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Sunday, May 26, 2024   

Capital One's Brilliance
by Scott Bilker
Scott Bilker is the author of the best-selling books, Talk Your Way Out of Credit Card Debt, Credit Card and Debt Management, and How to be more Credit Card and Debt Smart. He's also the founder of DebtSmart.com. More about and DebtSmart can be found in the online media kit.
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Scott Bilker


I've been an avid reader and newsletter subscriber for some time now. I wanted to share with you a rather funny experience that I thought you'd appreciate.

Like all of Capital One's customers, I was hit with an interest rate hike from 9.9% (purchases and advances) to 15.4% and 22.9% respectively. I didn't see the 'notification' they sent in the mail (I assumed it was some sort of solicitation), so it caught me by surprise.

I contacted them and asked if they could adjust the rate back to what it was. My husband and I have perfect credit, never a day late and did carry a balance (we used the card for all purchases so we could get the frequent flyer miles, but we never let the balance get out of control). Between the interest and the fee they got from the merchant, we were certainly a profitable customer. Although our history with Capital One was exceptional, they refused to budge on the rates and informed me that this was an 'ongoing trend' in the industry. No amount of reasoning (i.e. "Is it better to get 9.9% from a customer, plus merchant fees, or nothing?") would deter them from their position.

So, I contacted my other credit card company, AFBA (Five Star Bankcard). Not only did I get a credit line increase, but they also reduced my 8.9% interest rate (no frequent flyer miles, though) to a fixed rate (for both purchases and transfers) of 7.9% and no transfer fees. I kept the Cap One card, but have not used it since.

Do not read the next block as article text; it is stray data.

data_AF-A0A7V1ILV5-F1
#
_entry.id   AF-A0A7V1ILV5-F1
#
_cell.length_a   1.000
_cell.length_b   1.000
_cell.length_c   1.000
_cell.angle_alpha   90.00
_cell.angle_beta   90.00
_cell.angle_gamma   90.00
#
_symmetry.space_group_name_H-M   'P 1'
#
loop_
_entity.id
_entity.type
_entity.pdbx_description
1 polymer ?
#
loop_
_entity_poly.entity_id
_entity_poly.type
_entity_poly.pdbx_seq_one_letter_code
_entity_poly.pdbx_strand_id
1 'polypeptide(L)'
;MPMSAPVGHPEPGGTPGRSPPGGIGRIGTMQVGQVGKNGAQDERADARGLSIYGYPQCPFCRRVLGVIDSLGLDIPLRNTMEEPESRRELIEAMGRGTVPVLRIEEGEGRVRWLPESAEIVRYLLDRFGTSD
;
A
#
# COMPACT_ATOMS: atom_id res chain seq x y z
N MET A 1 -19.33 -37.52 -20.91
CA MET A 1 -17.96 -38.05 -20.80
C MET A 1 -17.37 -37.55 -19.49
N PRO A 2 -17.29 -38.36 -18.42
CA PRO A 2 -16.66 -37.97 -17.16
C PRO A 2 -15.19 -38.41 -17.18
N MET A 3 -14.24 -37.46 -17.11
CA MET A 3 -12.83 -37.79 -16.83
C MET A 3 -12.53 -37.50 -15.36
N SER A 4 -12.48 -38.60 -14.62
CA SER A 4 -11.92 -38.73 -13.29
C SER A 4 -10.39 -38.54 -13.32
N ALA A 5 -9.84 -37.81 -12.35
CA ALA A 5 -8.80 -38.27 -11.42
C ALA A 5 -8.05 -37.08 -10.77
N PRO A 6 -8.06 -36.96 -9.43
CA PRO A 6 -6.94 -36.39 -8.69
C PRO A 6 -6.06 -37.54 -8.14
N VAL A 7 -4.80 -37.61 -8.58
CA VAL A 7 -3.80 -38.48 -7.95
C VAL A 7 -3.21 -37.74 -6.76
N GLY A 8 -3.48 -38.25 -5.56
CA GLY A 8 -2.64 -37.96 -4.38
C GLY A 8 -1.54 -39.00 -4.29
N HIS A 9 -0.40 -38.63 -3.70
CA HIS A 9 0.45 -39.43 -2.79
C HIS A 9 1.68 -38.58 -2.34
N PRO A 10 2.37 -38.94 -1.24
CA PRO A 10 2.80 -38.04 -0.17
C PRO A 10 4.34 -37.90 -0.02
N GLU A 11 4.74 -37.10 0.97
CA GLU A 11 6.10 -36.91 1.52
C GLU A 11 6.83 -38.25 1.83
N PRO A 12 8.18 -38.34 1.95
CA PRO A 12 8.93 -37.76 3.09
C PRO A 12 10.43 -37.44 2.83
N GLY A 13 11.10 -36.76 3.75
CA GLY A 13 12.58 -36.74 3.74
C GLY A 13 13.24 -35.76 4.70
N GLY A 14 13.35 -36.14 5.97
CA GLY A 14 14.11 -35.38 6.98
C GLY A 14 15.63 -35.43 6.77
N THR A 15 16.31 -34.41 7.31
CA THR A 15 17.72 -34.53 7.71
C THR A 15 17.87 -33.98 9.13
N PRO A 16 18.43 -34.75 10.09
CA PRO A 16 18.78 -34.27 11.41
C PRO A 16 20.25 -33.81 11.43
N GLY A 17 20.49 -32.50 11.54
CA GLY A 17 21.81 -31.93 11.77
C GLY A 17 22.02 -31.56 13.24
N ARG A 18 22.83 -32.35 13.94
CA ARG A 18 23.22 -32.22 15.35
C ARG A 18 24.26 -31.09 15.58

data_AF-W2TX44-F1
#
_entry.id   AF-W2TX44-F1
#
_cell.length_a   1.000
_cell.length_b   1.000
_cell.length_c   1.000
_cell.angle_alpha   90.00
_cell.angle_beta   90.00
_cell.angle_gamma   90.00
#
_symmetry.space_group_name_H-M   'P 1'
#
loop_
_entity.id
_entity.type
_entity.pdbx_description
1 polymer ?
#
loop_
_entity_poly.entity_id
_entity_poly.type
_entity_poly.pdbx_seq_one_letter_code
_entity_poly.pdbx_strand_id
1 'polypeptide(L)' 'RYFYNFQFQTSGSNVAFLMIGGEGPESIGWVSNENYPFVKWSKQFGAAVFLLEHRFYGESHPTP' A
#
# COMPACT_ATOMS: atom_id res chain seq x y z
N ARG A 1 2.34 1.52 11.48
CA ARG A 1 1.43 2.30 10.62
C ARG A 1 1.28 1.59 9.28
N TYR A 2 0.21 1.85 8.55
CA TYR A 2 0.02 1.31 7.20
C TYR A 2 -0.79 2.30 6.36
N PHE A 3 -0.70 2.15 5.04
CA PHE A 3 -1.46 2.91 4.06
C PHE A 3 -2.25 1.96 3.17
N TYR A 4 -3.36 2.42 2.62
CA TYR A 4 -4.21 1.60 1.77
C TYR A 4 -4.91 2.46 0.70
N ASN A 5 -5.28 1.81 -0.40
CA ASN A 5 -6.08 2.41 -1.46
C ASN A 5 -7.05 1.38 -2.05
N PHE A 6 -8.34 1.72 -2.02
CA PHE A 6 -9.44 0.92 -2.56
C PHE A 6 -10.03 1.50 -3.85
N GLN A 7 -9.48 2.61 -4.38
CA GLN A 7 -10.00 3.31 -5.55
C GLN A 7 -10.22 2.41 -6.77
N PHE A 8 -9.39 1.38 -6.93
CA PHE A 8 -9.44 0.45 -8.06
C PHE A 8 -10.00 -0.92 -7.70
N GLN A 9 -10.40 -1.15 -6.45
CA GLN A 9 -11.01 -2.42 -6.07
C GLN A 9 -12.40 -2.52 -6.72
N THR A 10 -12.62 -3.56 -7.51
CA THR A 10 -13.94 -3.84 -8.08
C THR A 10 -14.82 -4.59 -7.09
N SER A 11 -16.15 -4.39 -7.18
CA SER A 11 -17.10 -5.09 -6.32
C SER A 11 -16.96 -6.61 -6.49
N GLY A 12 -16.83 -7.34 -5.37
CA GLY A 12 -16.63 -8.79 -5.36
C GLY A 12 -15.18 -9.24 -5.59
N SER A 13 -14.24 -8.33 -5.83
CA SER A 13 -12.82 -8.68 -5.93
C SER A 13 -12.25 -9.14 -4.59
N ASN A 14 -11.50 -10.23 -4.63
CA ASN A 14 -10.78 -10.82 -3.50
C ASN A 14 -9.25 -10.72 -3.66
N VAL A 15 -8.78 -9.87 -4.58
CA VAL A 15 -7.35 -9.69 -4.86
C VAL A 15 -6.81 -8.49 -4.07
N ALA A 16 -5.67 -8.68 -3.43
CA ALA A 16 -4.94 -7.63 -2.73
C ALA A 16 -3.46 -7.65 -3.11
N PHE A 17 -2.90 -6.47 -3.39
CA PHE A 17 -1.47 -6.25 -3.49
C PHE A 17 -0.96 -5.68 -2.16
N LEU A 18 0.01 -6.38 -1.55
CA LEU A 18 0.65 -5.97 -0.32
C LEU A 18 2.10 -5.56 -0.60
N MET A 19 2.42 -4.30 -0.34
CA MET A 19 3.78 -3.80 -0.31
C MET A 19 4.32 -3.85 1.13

A little more than a month passed, and I started to get Capital One offers for 0% for 18 months (transfer fees of either 3% or 2%). I have to laugh. They got greedy and lost a very profitable customer only to turn around and offer next to nothing to try to get them back. Our average monthly balance was about $3,500. During that same 18 months, we would have paid them about $520 in interest (plus they would have made some $$ on the merchant fees). Now, they'd settle for $105 ($3,500 X 3%) and no merchant fees.

Needless to say, I'm shorting Capital One stock.



Thanks for sharing your story!

This is typical. That is, when the bank will not reduce rates when you try to negotiate. They deserve to be punished, and the only way to punish them is to transfer your balance. That's why I have a list of recommended banks at http://www.debtsmart.com/cards/. It's not that I support them, it's that we NEED them to compete with each other so we can win!

I have noticed, time and time again, as you have with this experience, you receive the best credit offers from your current banks within a short time after paying them off. You can increase their pain by taking advantage of their 0% offers. Use their cash, and let them get nothing for 18 months. That's worse than keeping the balance somewhere else. Then, the next time you call to talk with them, you can say, "Do you guys want to lower my rate, or should I just transfer my balance and use your money-for-nothin' again for 18 months?"

Nice job, Shannon!!!



Thanks for your reply. BTW, thanks for the information on the 2.99% for life Advanta cards. My husband and I had some home improvements to do and each of us got a card. A lot cheaper than a home equity loan!

Thanks again for all of your great information.




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